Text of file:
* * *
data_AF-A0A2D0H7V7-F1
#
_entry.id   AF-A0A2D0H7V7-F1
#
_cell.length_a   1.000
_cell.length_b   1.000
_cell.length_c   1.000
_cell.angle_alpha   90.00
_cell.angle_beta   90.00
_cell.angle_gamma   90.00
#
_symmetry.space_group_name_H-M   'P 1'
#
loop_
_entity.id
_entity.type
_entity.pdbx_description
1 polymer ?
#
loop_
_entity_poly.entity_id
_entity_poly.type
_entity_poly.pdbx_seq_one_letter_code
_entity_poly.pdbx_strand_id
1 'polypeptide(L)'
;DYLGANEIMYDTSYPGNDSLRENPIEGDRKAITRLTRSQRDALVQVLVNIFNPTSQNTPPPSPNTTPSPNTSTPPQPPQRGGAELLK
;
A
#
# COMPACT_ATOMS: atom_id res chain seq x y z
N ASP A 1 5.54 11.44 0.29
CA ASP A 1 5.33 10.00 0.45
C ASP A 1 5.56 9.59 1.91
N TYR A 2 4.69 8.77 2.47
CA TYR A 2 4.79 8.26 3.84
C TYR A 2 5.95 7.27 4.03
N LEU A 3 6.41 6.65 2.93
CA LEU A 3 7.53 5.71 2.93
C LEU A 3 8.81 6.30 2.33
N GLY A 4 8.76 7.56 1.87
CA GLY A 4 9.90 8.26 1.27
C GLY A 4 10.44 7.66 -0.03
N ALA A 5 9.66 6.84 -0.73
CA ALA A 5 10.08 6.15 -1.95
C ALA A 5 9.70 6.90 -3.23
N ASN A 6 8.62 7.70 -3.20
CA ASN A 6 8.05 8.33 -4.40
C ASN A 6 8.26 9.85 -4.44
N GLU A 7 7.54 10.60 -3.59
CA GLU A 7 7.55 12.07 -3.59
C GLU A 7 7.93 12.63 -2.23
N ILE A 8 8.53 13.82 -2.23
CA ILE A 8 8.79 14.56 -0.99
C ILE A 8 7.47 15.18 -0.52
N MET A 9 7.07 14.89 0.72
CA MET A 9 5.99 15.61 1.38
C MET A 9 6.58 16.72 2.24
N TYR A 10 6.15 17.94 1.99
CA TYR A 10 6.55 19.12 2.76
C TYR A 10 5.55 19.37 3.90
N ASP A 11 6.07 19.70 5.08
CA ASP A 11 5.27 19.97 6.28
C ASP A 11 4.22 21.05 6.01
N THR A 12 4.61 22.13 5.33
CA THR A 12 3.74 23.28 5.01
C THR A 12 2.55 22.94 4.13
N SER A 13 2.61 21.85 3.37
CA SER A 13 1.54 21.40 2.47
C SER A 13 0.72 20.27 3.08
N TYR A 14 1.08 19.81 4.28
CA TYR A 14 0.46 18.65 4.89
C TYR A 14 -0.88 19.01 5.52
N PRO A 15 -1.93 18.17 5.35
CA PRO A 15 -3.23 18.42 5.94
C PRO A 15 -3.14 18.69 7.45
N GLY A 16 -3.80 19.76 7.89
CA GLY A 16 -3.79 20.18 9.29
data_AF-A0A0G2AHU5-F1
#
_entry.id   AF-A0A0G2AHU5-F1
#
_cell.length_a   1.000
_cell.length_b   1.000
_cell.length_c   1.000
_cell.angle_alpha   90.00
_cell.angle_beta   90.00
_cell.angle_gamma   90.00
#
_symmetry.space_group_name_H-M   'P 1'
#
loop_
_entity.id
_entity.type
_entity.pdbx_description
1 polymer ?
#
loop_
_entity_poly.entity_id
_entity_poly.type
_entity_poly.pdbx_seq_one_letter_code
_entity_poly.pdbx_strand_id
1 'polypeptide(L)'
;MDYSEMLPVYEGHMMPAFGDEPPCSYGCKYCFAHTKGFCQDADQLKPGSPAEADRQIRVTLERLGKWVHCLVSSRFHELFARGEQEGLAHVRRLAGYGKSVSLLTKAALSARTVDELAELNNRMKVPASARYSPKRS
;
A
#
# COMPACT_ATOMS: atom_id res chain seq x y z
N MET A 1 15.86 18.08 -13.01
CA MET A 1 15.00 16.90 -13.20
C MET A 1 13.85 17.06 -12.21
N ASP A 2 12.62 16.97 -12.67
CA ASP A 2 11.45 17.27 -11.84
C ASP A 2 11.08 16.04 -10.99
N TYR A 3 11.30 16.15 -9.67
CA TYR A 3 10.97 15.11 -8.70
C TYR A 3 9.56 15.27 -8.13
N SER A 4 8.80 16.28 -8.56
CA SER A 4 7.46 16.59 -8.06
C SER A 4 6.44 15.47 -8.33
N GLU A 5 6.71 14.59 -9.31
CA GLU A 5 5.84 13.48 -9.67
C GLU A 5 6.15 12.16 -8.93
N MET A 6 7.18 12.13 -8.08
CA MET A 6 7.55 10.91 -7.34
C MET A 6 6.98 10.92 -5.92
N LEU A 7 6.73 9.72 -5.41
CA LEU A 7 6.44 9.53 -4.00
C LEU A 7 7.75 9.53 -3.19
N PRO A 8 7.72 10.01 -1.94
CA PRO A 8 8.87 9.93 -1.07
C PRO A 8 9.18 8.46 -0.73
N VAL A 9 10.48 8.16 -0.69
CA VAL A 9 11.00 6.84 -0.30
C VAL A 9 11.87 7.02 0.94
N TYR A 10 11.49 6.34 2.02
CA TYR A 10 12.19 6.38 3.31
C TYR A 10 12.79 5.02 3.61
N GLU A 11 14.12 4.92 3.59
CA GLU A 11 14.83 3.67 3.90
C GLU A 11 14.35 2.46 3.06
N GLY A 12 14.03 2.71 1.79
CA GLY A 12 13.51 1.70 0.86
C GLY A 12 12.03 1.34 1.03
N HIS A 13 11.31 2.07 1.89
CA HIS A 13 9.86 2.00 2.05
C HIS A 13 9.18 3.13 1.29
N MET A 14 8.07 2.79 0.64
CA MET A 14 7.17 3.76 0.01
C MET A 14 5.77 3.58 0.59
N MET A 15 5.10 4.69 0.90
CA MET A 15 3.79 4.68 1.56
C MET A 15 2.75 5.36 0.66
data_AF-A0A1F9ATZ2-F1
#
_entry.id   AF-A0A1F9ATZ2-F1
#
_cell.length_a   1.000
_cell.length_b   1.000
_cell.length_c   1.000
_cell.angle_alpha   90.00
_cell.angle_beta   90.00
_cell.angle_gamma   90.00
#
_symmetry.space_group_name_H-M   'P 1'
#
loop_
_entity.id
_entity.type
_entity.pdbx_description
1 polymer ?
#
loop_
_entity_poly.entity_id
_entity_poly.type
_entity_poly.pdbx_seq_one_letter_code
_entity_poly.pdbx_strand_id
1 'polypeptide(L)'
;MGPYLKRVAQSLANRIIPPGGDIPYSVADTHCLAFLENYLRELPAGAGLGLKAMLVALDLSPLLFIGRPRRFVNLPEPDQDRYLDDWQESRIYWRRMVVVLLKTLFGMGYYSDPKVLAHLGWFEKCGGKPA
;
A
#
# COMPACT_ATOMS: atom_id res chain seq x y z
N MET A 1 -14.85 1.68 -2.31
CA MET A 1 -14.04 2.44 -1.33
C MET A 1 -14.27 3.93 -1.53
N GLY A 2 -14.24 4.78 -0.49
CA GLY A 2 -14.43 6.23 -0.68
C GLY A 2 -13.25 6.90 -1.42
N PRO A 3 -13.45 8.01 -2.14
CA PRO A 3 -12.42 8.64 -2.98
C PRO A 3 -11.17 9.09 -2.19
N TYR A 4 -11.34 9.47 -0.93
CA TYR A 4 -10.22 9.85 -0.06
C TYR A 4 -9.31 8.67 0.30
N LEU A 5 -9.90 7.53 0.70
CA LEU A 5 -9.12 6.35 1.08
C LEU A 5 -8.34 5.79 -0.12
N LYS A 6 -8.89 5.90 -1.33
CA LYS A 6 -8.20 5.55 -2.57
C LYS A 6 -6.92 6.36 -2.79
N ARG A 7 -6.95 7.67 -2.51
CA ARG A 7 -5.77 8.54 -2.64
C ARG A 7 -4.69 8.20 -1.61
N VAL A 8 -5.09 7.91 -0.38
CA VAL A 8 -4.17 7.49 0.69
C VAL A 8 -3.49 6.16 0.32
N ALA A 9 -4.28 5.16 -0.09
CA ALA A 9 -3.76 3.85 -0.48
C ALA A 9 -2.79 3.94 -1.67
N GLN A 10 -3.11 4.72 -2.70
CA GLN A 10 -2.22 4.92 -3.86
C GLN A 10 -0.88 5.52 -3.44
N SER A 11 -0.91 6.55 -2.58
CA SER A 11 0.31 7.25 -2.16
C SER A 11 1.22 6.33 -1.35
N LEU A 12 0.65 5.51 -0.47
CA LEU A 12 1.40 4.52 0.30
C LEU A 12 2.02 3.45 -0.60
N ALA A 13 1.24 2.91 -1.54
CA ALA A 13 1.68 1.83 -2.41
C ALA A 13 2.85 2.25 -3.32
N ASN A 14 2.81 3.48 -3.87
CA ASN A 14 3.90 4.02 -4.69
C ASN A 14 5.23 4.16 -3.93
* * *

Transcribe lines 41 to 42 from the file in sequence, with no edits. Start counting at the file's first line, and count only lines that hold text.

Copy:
CA GLY A 4 9.90 8.26 1.27
C GLY A 4 10.44 7.66 -0.03